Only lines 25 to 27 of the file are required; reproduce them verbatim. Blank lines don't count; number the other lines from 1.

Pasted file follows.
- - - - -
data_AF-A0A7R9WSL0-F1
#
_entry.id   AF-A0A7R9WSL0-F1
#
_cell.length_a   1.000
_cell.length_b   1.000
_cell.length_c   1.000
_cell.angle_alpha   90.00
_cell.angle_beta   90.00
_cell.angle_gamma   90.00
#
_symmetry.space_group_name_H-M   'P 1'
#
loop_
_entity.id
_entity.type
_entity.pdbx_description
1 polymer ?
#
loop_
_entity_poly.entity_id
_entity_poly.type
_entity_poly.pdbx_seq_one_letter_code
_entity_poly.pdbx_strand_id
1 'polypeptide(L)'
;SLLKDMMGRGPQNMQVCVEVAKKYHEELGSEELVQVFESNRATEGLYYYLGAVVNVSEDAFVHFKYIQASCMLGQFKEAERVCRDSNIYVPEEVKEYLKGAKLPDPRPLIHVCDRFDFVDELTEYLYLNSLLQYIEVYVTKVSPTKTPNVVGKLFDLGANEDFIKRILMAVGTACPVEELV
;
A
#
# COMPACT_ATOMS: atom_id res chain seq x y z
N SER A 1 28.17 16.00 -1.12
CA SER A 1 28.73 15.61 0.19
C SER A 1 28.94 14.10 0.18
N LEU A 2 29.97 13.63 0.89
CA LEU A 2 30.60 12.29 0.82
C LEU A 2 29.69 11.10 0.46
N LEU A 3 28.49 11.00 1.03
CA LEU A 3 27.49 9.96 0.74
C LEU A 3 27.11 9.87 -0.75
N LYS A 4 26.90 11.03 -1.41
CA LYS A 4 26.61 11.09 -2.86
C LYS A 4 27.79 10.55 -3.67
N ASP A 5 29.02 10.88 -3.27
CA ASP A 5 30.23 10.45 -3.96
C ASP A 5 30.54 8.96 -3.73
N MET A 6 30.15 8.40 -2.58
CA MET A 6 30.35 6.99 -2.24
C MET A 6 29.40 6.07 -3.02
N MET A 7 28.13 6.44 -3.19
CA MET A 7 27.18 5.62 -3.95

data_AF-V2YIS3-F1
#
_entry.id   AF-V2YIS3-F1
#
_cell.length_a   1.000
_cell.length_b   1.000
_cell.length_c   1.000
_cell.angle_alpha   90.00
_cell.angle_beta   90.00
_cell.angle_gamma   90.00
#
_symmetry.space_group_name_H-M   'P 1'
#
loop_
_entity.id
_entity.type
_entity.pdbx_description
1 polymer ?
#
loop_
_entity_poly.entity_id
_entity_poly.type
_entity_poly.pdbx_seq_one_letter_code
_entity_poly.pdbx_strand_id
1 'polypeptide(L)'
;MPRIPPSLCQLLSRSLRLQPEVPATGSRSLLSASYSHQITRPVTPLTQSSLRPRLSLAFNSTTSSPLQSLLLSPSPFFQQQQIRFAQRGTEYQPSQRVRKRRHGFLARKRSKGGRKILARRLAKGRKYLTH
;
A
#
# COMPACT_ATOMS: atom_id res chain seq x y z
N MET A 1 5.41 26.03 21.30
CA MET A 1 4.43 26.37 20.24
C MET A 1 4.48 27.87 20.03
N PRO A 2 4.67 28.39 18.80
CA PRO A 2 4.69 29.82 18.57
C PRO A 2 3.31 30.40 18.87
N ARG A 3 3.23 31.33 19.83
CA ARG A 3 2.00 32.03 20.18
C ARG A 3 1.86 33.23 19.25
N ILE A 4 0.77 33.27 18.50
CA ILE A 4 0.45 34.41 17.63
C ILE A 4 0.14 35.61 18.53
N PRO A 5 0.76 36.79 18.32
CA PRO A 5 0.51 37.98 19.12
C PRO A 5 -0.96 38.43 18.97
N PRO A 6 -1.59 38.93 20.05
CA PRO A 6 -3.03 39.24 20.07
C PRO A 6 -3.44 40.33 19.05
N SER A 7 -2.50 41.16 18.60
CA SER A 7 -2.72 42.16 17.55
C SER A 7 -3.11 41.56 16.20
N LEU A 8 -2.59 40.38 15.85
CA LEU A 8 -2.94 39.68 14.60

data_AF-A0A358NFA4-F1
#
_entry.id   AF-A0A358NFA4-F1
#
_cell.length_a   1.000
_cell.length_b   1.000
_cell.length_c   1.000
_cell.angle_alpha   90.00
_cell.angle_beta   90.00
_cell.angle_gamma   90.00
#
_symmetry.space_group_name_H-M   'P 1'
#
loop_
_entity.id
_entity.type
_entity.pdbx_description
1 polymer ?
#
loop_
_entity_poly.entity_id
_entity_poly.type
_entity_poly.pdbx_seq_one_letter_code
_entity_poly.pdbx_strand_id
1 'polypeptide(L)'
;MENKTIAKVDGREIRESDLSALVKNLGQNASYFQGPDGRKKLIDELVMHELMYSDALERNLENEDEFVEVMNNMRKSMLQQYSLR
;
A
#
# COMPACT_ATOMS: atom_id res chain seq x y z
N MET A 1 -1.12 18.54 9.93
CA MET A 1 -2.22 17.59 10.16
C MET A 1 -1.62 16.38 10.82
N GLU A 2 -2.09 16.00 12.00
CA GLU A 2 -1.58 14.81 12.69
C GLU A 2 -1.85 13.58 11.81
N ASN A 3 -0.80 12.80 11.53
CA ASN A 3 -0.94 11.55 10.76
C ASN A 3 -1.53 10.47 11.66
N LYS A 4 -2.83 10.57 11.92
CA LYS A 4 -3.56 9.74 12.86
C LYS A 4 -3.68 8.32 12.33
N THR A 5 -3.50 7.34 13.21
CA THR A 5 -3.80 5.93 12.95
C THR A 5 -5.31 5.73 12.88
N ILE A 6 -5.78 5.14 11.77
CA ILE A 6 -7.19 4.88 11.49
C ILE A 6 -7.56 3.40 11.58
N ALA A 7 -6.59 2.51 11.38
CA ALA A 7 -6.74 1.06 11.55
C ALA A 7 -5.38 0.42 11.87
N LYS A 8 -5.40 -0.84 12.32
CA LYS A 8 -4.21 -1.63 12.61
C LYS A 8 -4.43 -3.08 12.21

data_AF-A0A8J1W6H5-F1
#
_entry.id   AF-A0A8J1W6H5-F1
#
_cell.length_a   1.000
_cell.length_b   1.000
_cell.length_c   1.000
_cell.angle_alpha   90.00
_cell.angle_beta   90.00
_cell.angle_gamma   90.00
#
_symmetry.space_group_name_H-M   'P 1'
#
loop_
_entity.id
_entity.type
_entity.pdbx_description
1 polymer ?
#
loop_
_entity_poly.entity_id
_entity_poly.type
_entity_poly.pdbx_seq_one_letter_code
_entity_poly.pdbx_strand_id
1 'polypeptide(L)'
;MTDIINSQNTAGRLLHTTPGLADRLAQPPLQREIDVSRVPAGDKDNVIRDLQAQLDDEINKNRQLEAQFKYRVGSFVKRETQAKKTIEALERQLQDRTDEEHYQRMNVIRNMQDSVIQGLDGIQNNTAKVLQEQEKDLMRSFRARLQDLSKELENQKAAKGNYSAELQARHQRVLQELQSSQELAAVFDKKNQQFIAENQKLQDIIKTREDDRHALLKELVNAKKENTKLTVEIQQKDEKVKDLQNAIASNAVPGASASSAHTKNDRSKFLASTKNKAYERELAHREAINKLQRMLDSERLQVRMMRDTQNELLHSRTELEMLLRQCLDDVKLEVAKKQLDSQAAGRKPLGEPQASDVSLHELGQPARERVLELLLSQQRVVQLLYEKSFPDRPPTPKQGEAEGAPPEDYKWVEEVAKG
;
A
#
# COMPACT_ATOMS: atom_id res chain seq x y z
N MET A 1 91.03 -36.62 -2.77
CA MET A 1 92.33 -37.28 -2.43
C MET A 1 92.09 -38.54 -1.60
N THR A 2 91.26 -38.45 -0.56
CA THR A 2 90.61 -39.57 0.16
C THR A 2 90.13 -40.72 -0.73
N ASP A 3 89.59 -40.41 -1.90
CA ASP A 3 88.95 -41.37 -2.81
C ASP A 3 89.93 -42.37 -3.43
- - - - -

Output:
1 'polypeptide(L)'
;SLLKDMMGRGPQNMQVCVEVAKKYHEELGSEELVQVFESNRATEGLYYYLGAVVNVSEDAFVHFKYIQASCMLGQFKEAERVCRDSNIYVPEEVKEYLKGAKLPDPRPLIHVCDRFDFVDELTEYLYLNSLLQYIEVYVTKVSPTKTPNVVGKLFDLGANEDFIKRILMAVGTACPVEELV
;